Wednesday, June 3, 2015

Talent Management Next Practice #2: "Hiring for Digital Minds"

The mind is the innovation engine of any human progress, but also the root cause of almost all human problems.

“Hiring for Minds” is the extended and detailed next practice of “Hiring for Character,” "Hiring for Attitude" and “Hiring for Potential” philosophy and methodology. Many hiring managers aren't comfortable with evaluating “mindset,” or just lack the skills to evaluate it properly, and instead they rely on the answers the candidate gives to the more concrete skills inquiries. However, the mind is the innovation engine of any human progress, but also the root cause of almost all human problems. So more specifically, how can managers leverage talent assessment methodology and tools, talent development plans and practices to evaluate and build the right sets of digital minds, capabilities, and skills in order to compete for the future?

The effective talent management next practices should be more structured and focus on digging deeper into mindset level: what questions to ask, what questions not to ask, and how to using questions that elicit insightful answers and reveal the truth about the candidate’s mindset and attitude; how to define different types of digital minds, how to create a structured approaches for assessing and evaluating not only the behaviors, but digging through to mindset level: how do people think, why do they think that way, and how do they approach problems and solve problems, so you can easily and consistently differentiate future high performers from mediocre mindset in your organization. And, of course, you can also use your discoveries to find and recruit high potentials with hard-wire attitude and multi-dimensional intelligent minds into your culture to keep high performers engaged.

The 9-box grid is an individual assessment tool that evaluates both an employee’s current contribution to the organization and his or her potential level of contribution to the organization: The 9-box grid is a simple table graph that rates “potential” on the Y or vertical axis, and “performance” on the X, or horizontal axis. In other words, the vertical columns of the grid identify an individual employee’s growth potential within the organization, and the horizontal rows identify whether the employee is below, meeting or exceeding performance expectations in his or her current role. (SHRM.COM)  First, consider that the power of the 9-box is not in the tool, but in the discussion. The best "fresh" approach is to change how you engage participants - are they grounded in a common view of talent? Are they entering the process honestly or selfishly? Do you actually follow through on talent decisions derived from the exercise? Some practitioners think that 9-box is highly subjective and only gives you a piece of the puzzle. Knowing how your people perform on the key areas that drive the business will help you make the right talent decisions. Too often the failure is in the execution, not the tool.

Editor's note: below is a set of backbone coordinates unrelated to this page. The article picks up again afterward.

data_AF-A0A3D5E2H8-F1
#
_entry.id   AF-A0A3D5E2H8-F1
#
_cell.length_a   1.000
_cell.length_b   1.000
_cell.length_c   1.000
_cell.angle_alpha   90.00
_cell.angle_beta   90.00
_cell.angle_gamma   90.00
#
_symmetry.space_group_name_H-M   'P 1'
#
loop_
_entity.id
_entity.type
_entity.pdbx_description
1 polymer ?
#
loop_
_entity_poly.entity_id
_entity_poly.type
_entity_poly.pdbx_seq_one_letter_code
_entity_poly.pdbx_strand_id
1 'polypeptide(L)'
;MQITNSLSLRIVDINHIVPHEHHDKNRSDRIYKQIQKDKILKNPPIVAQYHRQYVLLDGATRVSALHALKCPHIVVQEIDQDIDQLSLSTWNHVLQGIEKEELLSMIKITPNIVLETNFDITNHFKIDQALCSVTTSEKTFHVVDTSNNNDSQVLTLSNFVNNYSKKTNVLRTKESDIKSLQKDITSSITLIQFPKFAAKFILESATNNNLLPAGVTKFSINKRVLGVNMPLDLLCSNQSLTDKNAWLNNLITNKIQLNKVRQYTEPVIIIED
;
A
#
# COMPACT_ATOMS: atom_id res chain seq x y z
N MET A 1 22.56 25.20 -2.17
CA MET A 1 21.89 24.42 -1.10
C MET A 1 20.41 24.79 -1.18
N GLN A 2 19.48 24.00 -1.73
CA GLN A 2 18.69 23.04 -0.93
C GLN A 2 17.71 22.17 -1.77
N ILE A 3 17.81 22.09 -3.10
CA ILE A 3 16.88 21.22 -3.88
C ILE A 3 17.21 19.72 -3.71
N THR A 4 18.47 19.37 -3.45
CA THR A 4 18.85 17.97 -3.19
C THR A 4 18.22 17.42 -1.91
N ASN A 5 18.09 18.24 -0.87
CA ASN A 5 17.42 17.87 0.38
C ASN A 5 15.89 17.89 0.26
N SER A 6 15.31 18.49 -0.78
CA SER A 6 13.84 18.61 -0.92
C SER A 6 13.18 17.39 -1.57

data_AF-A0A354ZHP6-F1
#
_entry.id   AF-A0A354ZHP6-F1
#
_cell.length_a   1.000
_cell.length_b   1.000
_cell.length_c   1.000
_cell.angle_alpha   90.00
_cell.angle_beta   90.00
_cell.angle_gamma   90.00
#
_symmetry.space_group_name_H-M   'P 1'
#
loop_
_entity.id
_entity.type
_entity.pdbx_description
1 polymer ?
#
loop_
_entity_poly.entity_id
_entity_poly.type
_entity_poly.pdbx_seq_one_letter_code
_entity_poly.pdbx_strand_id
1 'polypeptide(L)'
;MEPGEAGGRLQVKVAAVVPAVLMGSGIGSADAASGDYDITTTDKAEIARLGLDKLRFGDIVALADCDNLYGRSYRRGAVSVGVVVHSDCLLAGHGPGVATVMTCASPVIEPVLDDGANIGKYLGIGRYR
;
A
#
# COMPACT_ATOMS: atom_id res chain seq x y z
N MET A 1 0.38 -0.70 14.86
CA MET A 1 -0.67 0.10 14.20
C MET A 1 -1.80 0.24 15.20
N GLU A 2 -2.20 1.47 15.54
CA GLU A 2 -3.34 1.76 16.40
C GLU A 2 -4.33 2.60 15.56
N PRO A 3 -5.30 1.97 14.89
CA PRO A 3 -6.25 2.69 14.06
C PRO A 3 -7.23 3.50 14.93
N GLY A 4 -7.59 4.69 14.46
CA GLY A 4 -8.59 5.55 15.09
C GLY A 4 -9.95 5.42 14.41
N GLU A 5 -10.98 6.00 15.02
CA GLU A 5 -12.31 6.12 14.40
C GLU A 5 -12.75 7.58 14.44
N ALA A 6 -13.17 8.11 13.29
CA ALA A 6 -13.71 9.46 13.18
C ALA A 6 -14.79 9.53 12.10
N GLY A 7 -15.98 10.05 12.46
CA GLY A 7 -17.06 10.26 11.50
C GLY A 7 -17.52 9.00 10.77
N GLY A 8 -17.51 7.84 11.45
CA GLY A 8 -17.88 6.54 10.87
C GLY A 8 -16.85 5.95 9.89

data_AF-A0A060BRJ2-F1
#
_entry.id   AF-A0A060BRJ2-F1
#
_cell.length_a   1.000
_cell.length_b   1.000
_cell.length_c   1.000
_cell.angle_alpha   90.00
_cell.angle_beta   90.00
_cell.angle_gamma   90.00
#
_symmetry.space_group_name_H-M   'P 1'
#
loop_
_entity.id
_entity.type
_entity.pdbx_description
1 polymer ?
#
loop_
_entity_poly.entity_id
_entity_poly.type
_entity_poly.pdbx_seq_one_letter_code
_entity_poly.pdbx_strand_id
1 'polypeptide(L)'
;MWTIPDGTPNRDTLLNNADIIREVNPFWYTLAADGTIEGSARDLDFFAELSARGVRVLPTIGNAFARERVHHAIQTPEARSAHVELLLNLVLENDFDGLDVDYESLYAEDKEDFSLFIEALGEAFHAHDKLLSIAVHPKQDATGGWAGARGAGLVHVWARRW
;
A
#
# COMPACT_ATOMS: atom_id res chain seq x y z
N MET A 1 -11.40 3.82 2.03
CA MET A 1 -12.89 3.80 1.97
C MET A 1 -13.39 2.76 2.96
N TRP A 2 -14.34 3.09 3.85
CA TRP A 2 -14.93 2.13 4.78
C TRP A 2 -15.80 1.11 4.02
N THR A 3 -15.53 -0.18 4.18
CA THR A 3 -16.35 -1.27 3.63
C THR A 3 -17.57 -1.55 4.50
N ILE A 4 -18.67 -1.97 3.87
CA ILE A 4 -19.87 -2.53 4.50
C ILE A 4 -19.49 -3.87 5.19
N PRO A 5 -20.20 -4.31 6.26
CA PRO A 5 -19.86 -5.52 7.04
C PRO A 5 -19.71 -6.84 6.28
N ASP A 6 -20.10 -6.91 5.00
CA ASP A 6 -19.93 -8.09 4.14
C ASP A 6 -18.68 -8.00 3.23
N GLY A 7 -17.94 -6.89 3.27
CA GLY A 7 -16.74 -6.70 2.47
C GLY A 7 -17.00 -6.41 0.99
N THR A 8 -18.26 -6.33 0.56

The paradox of Culture Fit: It is more about culture intelligence and adaptation: You need “misfit” mind to innovate culture, and you need culture fit to harmonize workplace. Because sometimes a “too fit” homogeneous team might cause change inertia (people get stuck in the comfort zone), have a cognitive gap, create a blind spot, and lead to the “group thinking” trap. Hence, the digital mindset assessment is necessary to understand different thinking patterns and styles of employees or candidate, are they mostly systems thinker or intuitive thinker; more analytical or synthetic; more out of box thinker (critical & creative) to break the old rules, or more compliant to follow the orders; think more linear or nonlinear, holistic or mechanical way, etc. Technical competence, development potential, and culture adaptation are powerful together and add an element that is especially important in today's business environment.

Talent gap analysis and succession planning: Potential is quite a broad concept, one needs to anchor it a little to enable objective measurement by linking it to the important behaviors required for either the role or job level. When used for succession planning, one may want to focus more on the required competencies at the next level, rather than the current level the individual is at, in order to be proactive about gap analysis and succession planning. Competencies are a broad concept usually made up of a cluster of mindset (thought processes), capability, skills, knowledge, personality, and 'other' variables such as interest and values, It is important to leverage effective and updated tools used by high-quality assessors to measure these factors more objectively. Talent assessments can provide a good measure of the potential of your talent (talent audit - individual or aggregate data to provide a good picture of strengths and development gaps) or provide information on how your talent compares by geography/job level/industry or business function (talent analytics). Another good application of objective measures is to provide you with objective data on culture intelligence and adaptation. People have the innate strength or raw intelligence, and yet they can be developed, especially if one is aware of the natural potential waiting to be tapped. So the systematic talent management approach is to integrate not only more talent management information, but also use analytics to digital through mind level, and determine the people drivers of business outcomes.

With "VUCA" characteristics of digitalization, Talent Management will see the urgency of being innovative- because the frequent digital disruption is inevitable and ideally, "Hiring for Digital Minds" should be common practice for talent managers to take innovative initiatives, set the course for people management, culture management, and business growth in a digital way.


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